Tag Archives: Divorce

And there will come a day….

…when you are standing at your kitchen sink, hand washing some dishes that you could have put into the dishwasher, but the light plastic containers fly around in there so badly that its pretty much not worth it. As you lightly scrub at the assorted ziploc containers, absently noting that the number of lids does not match the number of containers, (and why is that, and where in the fuck do they all end UP anyway?) you will think that this might be a good time to open and rinse the new set of containers you got from your ex-husband.


He handed them to you the other day, in his living room. He jumped up from a conversation saying, “Hey, that reminds me, I bought you a ‘present’!” He comes back with a new set of Rubbermaid containers. A couple of weeks ago, your daughter overheard you bemoaning the fact that all the containers you use to pack lunches were suddenly gone, and she completely threw her beloved Daddy under the bus, saying they were all at his house. And yes, after 3 years of sharing your children, a lot of objects have traveled between houses, some staying in the home from which they did not originate. Obscuring boundaries, lines of demarcation you thought were very important to establish.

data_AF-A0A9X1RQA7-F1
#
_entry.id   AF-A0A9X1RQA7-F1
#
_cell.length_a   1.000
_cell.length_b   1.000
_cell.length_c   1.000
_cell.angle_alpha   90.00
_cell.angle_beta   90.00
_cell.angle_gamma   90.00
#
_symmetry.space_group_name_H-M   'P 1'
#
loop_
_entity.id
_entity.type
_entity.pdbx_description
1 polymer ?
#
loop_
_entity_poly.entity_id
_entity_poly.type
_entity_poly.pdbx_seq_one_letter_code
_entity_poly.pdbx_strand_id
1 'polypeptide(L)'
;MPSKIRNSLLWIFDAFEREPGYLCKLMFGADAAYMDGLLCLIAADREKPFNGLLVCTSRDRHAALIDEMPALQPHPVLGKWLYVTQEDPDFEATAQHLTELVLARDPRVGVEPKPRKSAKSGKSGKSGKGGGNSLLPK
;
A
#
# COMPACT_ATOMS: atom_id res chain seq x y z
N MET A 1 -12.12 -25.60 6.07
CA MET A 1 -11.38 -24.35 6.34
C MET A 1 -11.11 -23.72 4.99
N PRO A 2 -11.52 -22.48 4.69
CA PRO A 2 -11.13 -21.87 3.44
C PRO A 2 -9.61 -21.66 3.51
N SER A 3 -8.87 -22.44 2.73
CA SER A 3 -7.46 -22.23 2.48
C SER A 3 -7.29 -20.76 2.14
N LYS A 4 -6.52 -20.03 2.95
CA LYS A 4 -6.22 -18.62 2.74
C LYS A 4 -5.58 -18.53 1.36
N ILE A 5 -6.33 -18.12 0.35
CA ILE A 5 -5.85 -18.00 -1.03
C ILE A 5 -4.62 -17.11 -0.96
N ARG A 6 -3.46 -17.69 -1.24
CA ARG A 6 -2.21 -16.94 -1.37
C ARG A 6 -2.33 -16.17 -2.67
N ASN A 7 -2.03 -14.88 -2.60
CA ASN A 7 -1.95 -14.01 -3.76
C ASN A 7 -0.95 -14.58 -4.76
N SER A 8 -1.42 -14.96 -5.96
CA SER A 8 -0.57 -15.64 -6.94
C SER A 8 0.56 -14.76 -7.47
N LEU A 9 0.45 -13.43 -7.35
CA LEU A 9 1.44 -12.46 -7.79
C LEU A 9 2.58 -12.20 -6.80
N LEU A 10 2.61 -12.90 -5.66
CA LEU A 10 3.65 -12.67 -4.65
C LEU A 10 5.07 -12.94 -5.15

The need to erect these borders even informed your choice of boyfriend, after the split. The man you chose to be with post-break up did not like one bit of the time you spent with your ex-husband. Publicly, he would congratulate you on what a great job you and the ex were doing, being amicable. But what bothered him, what inflamed his insecurities, was the undeniable inkling that it wasn’t a “job” for you and your ex to be amicable. But amiability just served to confuse, and at first you welcomed the voice that silently whispered to you to stay away from your ex, that he was bad, and the only way to move on was to cut him off completely,like a tumour.

You knew that wasn’t right, though. This ex of yours, who you grew up with, went through emotional distances with, had given up hating and resenting, and just felt a mixture of understanding and forgiveness and occasional disinterest and overall like for, you needed to be able to experience all of that.